Scientists Use Whale Songs To Reveal Hidden Features Of The Sea Floor

We know very little about the ocean floor, but now scientists are getting help to learn something about the most unexpected aspect – the fin whale. The song of the fin whale is one of the loudest sounds made by animals, and can be heard at great sea distances. These sound waves also enter the Earth and how scientists can use it explore the density of ocean sediments.

The fin whale (Balaenoptera physalus) is slightly less known than the long (and much heavier) blue whale and show-off humpback. Yet these are amazing creatures of amazing speed. Like other great whales, males also sing songs in complexes to attract music, partly less than we hear.

Rising noisy oceans thought to be interfering with the recovery of fin whales from widespread hunting. Among the interventions in ocean life were seismic air gun surveys: Dr. Václav Kuna of Oregon State University and Dr. John Nábëlek wondering if it was possible to use the fin whale’s own words to investigate the sea floor. Need to make more annoying noises.

Scientists Use Whale Songs To Reveal Hidden Features Of The Sea Floor

In science, Kuna and Nábelek have reported on their first attempt at this. In 2012, 54 low-seismometer stations used to monitor the Blanco Fault off the coast of Oregon. In addition to the underwater tremors, these stations have recorded many songs by nearby fin whales, sometimes lasting up to 10 hours. The songs recorded at these three stations, Kuna and Nábelek, compare the sound waves that enter the station directly to the station and turn them into earthquake waves. Earthquake waves cross the boundary between sediment and basalt and basalt and lower crust before reaching the stations. The delay in the arrival of the reflected waves reflects the impedance of each level.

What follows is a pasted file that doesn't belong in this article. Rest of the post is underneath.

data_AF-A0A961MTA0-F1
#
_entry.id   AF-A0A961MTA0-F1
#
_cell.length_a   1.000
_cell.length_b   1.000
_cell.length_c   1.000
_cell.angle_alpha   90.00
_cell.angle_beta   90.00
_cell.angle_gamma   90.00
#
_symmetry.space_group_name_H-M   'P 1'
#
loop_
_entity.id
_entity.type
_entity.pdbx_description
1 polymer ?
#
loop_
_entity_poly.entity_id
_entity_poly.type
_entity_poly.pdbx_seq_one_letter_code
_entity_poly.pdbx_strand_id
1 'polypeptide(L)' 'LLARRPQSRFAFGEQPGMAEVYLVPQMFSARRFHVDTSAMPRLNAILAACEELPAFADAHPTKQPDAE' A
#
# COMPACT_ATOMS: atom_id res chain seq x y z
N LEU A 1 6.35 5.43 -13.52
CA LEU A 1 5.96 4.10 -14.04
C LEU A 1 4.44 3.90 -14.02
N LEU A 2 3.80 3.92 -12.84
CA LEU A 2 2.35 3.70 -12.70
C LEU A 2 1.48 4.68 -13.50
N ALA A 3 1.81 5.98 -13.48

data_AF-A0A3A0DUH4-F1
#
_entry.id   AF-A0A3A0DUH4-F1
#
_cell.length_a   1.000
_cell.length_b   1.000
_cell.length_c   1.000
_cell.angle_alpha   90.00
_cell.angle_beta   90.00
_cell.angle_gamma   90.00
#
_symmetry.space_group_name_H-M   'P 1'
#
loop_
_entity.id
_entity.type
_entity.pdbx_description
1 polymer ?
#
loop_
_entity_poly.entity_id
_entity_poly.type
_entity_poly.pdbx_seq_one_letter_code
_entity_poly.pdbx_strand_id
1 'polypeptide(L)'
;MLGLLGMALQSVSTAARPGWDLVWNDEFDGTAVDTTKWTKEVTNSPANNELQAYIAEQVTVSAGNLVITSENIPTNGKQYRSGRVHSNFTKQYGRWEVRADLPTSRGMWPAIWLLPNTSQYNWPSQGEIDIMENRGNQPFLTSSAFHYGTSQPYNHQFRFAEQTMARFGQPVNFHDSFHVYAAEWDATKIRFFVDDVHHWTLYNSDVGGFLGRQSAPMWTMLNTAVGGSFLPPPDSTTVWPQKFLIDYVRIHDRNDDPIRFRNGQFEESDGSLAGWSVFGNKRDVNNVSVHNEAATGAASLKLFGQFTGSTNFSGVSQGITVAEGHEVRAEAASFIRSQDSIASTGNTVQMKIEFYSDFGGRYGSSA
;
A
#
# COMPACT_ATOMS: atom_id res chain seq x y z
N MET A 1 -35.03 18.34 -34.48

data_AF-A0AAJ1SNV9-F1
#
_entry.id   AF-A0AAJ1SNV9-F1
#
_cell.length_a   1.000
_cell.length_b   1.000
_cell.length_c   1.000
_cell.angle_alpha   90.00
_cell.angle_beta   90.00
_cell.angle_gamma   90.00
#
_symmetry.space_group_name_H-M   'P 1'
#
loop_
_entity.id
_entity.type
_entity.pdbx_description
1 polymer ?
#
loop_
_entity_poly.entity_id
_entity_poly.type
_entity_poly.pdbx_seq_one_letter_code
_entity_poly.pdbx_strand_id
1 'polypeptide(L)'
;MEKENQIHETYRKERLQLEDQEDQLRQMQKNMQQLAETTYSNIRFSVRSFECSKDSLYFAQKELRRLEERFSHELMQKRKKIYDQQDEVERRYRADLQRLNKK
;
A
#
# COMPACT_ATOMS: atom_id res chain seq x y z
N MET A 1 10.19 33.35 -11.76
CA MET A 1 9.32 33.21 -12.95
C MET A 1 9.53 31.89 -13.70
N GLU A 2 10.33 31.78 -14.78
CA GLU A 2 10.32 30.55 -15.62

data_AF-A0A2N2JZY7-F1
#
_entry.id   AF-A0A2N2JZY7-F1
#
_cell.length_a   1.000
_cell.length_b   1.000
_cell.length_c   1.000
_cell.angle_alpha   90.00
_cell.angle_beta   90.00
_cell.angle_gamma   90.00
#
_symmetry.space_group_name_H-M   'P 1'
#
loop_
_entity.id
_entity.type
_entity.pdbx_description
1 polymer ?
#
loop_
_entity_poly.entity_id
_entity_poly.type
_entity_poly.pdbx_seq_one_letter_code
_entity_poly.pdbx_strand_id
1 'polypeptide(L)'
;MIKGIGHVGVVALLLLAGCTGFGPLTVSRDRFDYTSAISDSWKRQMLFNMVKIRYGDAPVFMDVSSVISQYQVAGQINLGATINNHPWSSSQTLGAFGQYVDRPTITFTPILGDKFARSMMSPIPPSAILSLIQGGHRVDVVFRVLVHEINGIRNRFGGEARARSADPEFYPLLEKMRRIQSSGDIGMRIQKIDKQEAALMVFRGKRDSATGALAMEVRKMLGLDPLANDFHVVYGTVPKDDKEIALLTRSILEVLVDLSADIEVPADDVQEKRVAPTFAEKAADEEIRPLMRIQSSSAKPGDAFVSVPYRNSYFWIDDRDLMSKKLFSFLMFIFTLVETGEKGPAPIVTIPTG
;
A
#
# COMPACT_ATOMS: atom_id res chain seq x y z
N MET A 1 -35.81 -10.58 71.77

Helpfully, the whales were at uninterrupted speeds during their song, which allowed the researchers to work some 20 kilometers (12.4 miles) directly above the quake. Putting all these data together, the authors calculated a sedimentary thickness of 380 to 650 meters (1,250-2,150 feet) for the sea floor around the stations, falling 1.8 kilometers (1 mile) above the basaltic rock. The sediment estimate is thinner than conventional measurements taken further north, but the authors think this is not surprising due to the greater distance from the original sediment source.

The authors believe that higher pitch sperm whale songs can be used to measure higher resolution. “Our research proves that animal voices are effective not only for studying animals themselves but also for investigating the environment in which they live.” The range of fin whales is so wide that their songs are widely available for research purposes. When Finn Whale’s songs recorded so loudly (beyond the amount of a rocket launch) in the first half, they thought it to be geographical events or some Russian activity in the Cold War.